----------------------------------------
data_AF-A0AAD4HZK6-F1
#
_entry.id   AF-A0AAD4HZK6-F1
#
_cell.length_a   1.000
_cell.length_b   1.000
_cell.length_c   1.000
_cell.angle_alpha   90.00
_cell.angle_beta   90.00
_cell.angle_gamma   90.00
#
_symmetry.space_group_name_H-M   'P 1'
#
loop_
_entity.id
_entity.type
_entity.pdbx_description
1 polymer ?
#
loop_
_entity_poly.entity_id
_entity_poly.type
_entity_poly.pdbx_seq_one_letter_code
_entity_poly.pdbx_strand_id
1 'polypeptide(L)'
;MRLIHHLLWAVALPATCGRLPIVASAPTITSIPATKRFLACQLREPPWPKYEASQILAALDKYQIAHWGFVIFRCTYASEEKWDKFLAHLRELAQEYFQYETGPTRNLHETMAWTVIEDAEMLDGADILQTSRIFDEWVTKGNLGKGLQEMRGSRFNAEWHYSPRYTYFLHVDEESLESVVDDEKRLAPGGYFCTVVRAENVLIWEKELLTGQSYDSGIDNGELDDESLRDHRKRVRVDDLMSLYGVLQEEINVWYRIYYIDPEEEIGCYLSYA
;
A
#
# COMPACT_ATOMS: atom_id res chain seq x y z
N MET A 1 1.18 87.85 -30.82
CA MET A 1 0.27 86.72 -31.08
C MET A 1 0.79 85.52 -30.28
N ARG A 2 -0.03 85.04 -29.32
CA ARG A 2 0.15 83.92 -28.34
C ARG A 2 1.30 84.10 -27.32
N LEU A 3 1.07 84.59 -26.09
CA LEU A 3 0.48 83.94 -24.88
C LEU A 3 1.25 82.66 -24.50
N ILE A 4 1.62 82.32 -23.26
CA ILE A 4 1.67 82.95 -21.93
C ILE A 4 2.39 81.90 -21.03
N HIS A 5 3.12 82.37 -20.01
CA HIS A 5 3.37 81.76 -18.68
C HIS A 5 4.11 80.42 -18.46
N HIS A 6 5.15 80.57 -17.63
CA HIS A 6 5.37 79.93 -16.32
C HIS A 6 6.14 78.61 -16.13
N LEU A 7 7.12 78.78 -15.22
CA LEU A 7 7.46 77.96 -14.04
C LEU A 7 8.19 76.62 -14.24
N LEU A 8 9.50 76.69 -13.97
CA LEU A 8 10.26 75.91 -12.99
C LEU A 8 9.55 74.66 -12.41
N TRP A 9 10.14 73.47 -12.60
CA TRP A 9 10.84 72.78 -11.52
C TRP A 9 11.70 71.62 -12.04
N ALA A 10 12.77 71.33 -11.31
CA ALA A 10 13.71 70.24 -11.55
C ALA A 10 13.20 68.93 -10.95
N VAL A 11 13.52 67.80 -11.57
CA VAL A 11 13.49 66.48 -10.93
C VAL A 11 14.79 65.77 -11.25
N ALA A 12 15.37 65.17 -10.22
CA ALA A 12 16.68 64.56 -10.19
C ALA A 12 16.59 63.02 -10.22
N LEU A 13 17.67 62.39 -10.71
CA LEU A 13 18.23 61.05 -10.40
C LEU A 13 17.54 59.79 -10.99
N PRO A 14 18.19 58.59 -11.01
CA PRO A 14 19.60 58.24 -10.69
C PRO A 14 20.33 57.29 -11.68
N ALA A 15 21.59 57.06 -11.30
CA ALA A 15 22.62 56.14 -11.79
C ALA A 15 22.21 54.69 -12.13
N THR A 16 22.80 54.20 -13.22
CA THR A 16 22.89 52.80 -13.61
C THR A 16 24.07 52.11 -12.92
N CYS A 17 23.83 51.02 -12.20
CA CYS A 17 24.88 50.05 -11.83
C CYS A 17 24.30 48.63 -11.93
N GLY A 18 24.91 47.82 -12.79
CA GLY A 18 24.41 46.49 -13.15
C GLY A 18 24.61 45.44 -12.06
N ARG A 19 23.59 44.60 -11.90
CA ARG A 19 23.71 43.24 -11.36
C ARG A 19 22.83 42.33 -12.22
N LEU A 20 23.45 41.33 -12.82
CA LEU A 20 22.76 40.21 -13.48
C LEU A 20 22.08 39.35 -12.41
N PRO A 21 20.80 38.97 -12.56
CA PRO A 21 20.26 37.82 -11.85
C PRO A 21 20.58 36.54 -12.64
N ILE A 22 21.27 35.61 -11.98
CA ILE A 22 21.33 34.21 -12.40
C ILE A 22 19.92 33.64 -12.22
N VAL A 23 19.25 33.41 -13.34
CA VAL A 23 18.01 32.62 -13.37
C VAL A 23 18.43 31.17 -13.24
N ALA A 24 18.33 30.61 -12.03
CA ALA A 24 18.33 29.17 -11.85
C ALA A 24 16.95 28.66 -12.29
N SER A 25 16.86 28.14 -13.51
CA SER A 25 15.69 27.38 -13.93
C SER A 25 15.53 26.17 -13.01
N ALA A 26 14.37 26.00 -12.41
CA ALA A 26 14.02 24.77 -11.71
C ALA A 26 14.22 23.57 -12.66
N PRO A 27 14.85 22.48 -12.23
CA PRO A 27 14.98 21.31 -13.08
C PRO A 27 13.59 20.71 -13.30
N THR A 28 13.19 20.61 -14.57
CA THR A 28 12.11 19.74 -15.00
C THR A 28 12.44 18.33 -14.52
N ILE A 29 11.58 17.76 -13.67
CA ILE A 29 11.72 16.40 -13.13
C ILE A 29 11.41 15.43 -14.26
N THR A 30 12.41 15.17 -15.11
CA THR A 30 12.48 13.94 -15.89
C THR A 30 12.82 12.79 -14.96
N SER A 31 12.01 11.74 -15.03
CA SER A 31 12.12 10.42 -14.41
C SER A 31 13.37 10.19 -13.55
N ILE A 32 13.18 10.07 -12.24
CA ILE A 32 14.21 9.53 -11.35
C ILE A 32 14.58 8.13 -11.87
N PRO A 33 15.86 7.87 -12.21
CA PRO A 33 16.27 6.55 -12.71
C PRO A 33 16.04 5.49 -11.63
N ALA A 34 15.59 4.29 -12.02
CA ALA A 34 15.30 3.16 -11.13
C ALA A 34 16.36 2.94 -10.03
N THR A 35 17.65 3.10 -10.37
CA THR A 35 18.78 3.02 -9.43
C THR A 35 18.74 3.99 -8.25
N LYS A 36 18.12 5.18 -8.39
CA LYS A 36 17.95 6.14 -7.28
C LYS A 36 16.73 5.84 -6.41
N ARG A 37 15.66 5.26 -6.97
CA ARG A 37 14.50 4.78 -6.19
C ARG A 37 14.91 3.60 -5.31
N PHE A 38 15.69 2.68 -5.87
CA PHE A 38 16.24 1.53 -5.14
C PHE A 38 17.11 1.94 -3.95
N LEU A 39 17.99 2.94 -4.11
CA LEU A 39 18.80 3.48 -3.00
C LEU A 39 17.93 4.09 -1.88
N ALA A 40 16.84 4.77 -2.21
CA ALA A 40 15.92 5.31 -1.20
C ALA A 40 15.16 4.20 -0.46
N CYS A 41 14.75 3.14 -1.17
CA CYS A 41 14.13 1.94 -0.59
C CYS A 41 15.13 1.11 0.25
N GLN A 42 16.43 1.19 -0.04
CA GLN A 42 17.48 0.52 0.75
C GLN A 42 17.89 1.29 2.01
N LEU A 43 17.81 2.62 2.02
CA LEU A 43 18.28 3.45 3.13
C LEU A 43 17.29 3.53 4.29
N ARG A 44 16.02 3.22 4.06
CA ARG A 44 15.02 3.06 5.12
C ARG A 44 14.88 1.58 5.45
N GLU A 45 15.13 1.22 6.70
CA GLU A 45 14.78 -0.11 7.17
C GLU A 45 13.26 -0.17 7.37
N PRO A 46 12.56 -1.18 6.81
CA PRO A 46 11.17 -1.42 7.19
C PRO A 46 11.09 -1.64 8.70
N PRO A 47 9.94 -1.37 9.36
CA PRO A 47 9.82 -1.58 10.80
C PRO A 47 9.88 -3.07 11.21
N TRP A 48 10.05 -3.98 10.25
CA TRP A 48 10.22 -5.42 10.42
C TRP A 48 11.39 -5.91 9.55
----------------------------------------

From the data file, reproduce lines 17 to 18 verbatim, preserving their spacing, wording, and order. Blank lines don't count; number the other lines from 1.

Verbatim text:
_entity.pdbx_description
1 polymer ?